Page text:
which decides when to stop its growth. GNU libsigsegv contains code
to determine the current bounds, but it involves many system calls.
=> This approach is probably not viable.

Another idea is to add some header (like the current implementation does),
but instead of storing a marker only in the malloc case, store a different
marker also in the alloca case. This should be done through a GCC statement
expression.
=> Should work with __builtin_alloca.

> It would make check on free simpler. For allocation its fastest with
> __builtin_alloca_with_align(x, 2 * sa_alignment_max)

Unfortunately we cannot use __builtin_alloca_with_align here, because the
GCC documentation [1] says regarding __builtin_alloca_with_align:
"The allocated storage is released no later than just before the
calling function returns to its caller, but may be released at the end
of the block in which the function was called."
whereas what we need is the lifetime speified for __builtin_alloca:
"The lifetime of the allocated object ends just before the calling
function returns to its caller. This is so even when __builtin_alloca
is called within a nested block."

Any idea ideas (before I go on to rewrite the malloca module)?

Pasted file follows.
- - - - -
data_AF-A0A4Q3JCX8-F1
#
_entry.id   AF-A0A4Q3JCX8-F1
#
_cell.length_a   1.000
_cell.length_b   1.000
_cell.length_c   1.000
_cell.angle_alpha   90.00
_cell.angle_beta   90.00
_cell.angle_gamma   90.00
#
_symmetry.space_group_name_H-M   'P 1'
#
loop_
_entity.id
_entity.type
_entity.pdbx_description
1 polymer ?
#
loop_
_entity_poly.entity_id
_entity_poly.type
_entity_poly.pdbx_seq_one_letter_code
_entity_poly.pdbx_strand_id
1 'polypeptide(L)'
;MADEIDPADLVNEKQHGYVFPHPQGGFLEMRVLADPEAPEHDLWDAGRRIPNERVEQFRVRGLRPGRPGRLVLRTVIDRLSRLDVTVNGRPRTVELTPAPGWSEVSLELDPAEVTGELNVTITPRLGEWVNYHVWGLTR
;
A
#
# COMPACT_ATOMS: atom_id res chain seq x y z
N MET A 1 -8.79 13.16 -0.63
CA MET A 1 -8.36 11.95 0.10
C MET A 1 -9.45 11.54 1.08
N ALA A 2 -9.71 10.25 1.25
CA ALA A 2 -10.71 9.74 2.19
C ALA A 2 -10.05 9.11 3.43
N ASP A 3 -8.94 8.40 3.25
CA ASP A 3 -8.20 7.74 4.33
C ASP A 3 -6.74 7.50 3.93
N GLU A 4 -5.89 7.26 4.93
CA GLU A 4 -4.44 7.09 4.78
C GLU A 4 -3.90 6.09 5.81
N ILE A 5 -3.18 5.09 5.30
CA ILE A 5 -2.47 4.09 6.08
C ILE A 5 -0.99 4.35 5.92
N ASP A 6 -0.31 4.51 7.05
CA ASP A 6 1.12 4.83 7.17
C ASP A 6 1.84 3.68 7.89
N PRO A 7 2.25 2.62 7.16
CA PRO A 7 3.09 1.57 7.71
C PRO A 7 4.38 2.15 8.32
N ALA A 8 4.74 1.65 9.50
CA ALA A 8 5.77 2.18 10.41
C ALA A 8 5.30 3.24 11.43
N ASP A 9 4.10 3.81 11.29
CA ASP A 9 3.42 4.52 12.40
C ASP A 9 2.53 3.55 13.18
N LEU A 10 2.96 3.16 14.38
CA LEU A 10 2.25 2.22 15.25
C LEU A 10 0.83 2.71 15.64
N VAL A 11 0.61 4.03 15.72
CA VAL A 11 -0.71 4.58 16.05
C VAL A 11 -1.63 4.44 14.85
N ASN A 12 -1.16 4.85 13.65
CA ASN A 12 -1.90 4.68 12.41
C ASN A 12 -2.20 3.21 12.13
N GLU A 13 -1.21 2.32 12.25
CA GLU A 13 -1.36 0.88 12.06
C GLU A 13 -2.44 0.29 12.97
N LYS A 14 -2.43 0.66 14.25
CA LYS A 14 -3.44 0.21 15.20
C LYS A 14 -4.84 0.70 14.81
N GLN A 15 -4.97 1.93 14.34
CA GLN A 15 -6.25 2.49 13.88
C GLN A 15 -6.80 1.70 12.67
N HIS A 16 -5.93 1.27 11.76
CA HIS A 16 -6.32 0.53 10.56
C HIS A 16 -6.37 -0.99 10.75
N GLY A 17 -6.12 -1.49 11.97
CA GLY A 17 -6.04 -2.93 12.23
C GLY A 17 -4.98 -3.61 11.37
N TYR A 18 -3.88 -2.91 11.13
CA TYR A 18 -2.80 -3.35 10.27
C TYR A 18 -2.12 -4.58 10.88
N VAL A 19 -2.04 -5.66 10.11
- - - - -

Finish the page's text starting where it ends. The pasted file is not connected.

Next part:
Bruno

[1] https://gcc.gnu.org/onlinedocs/gcc-7.2.0/gcc/Other-Builtins.html
Florian Weimer
2018-02-01 12:28:30 UTC
Permalink
Raw Message
On 01/11/2018 05:26 AM, Bruno Haible wrote:
> Another idea is to add some header (like the current implementation does),
> but instead of storing a marker only in the malloc case, store a different
> marker also in the alloca case. This should be done through a GCC statement
> expression.
> => Should work with __builtin_alloca.

Could we please fix this issue along those lines? Thanks.

Florian
Bruno Haible
2018-02-02 18:35:59 UTC
Permalink
Raw Message
Hi Florian,

> Could we please fix this issue along those lines? Thanks.

Done:


2018-02-02 Bruno Haible <***@clisp.org>

malloca, xmalloca: Make multithread-safe.
Reported by Florian Weimer <***@redhat.com>.
Implements an idea by Ondřej Bílka <***@seznam.cz>.
* lib/malloca.h (malloca): In the stack allocation case, return a
pointer that is a multiple of 2 * sa_alignment_max.
(sa_increment): Remove enum item.
* lib/xmalloca.h (xmalloca): In the stack allocation case, return
a pointer that is a multiple of 2 * sa_alignment_max.
* lib/malloca.c (NO_SANITIZE_MEMORY): Remove macro.
(MAGIC_NUMBER, MAGIC_SIZE, preliminary_header, HEADER_SIZE, header,
HASH_TABLE_SIZE, mmalloca_results): Remove.
(small_t): New type.
(mmalloca, free): Rewritten.
* lib/malloca.valgrind: Remove file.
* modules/malloca (Files): Remove it.
(Depends-on): Remove verify.

diff --git a/lib/malloca.h b/lib/malloca.h
index 8278c58..cbc8fe7 100644
--- a/lib/malloca.h
+++ b/lib/malloca.h
@@ -56,8 +56,10 @@ extern "C" {
the function returns. Upon failure, it returns NULL. */